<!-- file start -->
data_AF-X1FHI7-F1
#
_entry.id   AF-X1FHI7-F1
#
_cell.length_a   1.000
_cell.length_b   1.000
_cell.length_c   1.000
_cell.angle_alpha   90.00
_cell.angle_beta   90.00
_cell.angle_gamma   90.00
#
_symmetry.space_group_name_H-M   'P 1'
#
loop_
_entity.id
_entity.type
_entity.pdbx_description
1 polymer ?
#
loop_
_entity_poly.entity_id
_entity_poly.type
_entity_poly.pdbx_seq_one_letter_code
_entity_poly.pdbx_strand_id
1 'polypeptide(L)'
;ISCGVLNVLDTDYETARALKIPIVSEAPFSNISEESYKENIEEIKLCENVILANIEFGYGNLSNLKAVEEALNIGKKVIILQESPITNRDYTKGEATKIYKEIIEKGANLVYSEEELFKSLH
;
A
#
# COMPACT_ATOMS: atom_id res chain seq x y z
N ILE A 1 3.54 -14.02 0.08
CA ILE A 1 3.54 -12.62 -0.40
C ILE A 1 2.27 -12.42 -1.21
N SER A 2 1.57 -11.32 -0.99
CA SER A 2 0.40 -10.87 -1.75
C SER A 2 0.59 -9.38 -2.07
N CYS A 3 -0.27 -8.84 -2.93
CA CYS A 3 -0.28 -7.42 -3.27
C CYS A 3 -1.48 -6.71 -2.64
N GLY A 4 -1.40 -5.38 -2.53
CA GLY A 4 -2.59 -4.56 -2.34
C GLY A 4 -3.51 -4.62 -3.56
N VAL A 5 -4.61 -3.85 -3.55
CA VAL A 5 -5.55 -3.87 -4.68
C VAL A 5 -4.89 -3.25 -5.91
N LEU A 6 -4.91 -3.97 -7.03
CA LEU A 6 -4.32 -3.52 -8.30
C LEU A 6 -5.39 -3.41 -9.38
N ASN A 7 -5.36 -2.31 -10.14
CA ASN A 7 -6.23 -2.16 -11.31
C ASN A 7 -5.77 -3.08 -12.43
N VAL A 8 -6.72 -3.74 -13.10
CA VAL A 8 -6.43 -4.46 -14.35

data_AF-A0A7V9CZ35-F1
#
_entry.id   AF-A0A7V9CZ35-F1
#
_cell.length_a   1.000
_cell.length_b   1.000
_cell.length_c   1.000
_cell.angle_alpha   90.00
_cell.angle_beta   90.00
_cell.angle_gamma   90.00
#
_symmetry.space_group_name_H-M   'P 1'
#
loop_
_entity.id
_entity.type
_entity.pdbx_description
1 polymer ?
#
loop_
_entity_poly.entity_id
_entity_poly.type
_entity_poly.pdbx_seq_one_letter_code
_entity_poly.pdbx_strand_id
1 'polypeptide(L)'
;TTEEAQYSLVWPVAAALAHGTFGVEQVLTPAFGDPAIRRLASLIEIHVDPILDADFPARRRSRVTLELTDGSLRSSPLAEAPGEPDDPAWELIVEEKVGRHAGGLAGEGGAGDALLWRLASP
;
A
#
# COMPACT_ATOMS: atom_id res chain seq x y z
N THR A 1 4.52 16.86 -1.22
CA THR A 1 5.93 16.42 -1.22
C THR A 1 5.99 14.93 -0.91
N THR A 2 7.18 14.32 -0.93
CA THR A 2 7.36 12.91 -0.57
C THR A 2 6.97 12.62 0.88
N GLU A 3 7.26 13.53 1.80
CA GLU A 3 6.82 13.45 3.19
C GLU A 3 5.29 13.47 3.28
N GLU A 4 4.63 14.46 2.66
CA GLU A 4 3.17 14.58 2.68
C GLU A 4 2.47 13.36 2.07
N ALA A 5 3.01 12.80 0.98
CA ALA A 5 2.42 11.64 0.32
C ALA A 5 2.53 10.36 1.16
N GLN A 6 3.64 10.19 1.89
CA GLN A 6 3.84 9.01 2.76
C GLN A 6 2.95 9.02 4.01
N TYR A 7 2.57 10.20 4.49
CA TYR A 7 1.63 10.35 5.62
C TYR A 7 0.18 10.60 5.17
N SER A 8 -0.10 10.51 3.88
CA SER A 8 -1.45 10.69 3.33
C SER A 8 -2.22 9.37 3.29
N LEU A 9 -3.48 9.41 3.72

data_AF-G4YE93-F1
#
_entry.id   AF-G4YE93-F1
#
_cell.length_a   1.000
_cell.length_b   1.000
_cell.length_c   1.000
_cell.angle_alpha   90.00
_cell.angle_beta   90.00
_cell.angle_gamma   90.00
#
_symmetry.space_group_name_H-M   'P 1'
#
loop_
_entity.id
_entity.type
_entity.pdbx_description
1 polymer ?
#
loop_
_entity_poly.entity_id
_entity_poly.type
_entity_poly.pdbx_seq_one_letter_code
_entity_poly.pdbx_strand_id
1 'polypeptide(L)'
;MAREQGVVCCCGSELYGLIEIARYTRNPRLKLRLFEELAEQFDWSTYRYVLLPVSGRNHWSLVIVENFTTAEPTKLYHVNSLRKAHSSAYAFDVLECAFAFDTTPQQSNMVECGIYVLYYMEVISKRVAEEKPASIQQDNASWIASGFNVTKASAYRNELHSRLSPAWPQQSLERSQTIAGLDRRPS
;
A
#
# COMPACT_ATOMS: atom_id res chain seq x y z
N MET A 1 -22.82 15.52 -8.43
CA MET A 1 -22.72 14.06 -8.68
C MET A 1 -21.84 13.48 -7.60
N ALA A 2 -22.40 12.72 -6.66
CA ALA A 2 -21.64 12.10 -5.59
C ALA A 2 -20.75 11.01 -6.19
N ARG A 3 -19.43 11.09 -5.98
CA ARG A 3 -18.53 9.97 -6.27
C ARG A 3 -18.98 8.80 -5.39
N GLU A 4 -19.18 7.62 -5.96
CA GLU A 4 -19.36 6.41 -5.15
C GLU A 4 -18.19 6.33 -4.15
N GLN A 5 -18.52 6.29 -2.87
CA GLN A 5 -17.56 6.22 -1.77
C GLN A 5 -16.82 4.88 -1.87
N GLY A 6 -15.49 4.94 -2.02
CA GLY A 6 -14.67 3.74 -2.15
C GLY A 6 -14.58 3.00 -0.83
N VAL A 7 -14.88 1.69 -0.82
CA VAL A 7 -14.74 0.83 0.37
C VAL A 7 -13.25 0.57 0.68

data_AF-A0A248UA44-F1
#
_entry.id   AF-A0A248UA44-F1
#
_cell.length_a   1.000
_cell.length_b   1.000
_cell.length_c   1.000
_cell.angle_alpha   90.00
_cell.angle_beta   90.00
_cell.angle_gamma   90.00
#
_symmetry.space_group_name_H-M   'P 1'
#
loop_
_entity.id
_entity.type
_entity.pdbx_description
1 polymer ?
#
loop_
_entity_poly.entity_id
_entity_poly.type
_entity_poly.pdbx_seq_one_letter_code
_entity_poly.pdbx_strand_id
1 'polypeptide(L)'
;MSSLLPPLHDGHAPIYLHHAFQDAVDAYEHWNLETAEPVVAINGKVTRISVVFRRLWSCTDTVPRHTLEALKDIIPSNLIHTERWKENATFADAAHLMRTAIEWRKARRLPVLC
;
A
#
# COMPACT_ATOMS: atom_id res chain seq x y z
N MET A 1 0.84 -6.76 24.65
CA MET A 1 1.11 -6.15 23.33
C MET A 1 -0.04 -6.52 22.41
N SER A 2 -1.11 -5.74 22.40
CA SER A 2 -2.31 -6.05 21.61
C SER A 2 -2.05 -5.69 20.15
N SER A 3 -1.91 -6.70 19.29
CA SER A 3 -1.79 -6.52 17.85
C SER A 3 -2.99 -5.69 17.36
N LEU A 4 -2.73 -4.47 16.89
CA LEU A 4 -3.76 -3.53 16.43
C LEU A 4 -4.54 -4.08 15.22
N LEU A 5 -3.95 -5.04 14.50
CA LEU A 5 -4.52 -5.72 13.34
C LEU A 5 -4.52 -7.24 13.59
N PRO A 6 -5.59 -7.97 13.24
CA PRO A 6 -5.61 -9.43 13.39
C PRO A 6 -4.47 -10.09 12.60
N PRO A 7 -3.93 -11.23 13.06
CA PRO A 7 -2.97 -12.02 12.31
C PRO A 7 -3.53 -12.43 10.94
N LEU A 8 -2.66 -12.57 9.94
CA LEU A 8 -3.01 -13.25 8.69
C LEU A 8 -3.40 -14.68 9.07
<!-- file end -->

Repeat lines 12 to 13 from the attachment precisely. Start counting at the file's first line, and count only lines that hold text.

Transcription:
_symmetry.space_group_name_H-M   'P 1'
#